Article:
Pulloxhill Before 1086
There are not as many signs of early human habitation in Pulloxhill as in some other parishes in the county. This may be because the parish is some distance from a major navigable river.
The Bedfordshire Historic Environment Record [HER] contains information on the county's historic buildings and landscapes and summaries of each entry can now be found online as part of the Heritage Gateway website. The earliest evidence for human activity comes from a pit found just off Flitton Road [HER 17794]. This dates to the late Neolithic or early Bronze Age. A small excavation (13 metres by 3 metres) uncovered a north-south aligned ditch containing late Neolithic to early Bronze Age pottery. A large pit containing post medieval pottery was also excavated and is probably associated with nearby earthworks. Another Bronze Age monument is a ring ditch to the north-east of the village [HER 18030]. This is identifiable as a crop mark. Ring ditches are usually interpreted as the remains of round barrows.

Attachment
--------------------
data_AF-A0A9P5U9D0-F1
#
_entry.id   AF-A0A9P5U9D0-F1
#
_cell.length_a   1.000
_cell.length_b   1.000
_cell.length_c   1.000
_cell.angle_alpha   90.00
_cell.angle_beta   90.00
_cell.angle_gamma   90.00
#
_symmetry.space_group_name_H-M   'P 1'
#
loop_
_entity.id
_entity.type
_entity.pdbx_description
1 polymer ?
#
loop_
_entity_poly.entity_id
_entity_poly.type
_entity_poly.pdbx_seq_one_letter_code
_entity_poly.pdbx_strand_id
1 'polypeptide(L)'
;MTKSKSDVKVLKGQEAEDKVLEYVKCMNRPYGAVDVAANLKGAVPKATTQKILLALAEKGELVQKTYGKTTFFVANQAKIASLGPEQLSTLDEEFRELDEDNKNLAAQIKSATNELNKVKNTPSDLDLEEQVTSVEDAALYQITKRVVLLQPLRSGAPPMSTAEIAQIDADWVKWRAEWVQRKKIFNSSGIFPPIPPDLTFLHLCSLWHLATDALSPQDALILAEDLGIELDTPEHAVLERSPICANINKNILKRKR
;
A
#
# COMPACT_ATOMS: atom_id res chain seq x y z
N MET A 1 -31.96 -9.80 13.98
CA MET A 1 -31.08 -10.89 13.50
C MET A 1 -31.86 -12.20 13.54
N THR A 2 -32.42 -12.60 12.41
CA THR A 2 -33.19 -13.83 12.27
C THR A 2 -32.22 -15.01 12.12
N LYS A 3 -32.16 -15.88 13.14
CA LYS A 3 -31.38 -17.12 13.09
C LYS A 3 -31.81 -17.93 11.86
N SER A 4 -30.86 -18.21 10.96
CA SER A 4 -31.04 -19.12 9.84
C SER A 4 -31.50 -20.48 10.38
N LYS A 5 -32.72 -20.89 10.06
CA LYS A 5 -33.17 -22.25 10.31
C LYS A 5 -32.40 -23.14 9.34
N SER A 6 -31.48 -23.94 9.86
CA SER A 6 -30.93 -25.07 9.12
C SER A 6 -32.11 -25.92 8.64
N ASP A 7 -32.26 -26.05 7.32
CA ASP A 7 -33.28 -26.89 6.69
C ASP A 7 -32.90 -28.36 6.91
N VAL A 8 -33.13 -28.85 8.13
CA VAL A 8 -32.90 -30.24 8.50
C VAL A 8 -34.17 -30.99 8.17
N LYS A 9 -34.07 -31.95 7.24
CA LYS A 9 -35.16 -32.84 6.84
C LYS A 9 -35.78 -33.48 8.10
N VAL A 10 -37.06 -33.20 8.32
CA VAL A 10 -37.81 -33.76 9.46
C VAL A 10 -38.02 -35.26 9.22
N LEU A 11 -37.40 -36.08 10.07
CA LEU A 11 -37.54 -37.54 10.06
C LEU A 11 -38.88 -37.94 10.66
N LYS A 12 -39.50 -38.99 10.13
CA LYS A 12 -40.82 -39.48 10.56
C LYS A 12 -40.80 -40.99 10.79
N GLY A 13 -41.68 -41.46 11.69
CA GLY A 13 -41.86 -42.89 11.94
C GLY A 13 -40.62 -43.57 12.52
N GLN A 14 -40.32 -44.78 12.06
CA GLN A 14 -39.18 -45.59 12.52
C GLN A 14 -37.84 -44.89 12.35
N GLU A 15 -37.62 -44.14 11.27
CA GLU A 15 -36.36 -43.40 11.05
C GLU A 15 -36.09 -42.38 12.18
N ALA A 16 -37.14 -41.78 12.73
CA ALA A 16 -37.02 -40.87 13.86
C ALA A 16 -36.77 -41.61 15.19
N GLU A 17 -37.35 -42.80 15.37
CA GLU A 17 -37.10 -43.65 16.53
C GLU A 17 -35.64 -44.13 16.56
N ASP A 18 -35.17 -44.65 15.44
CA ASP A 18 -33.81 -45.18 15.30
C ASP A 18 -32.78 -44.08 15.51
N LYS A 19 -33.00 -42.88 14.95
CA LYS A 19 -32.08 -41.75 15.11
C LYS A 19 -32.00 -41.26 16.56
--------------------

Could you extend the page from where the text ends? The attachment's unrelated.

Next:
In the 20th century human remains were found in the garden of a house on Barton Road [HER 15854]. The bones have been dated to the Iron Age and were probably disturbed by deep ploughing. Crop marks visible south-west of Sand Lane [HER 16646] show a feature with curved lines, perhaps part of a prehistoric enclosure.
The Viatores are a group dedicated to finding Roman roads in the modern landscape. In 1964 they suggested a route from Luton through Barton-le-Clay, Streatley, Harlington, Pulloxhill, Flitton and Greenfield, Flitwick, Maulden, Ampthill and Millbrook to Marston Moretaine [HER 5020] but there is no definite evidence to suggest there was a Roman road in this area.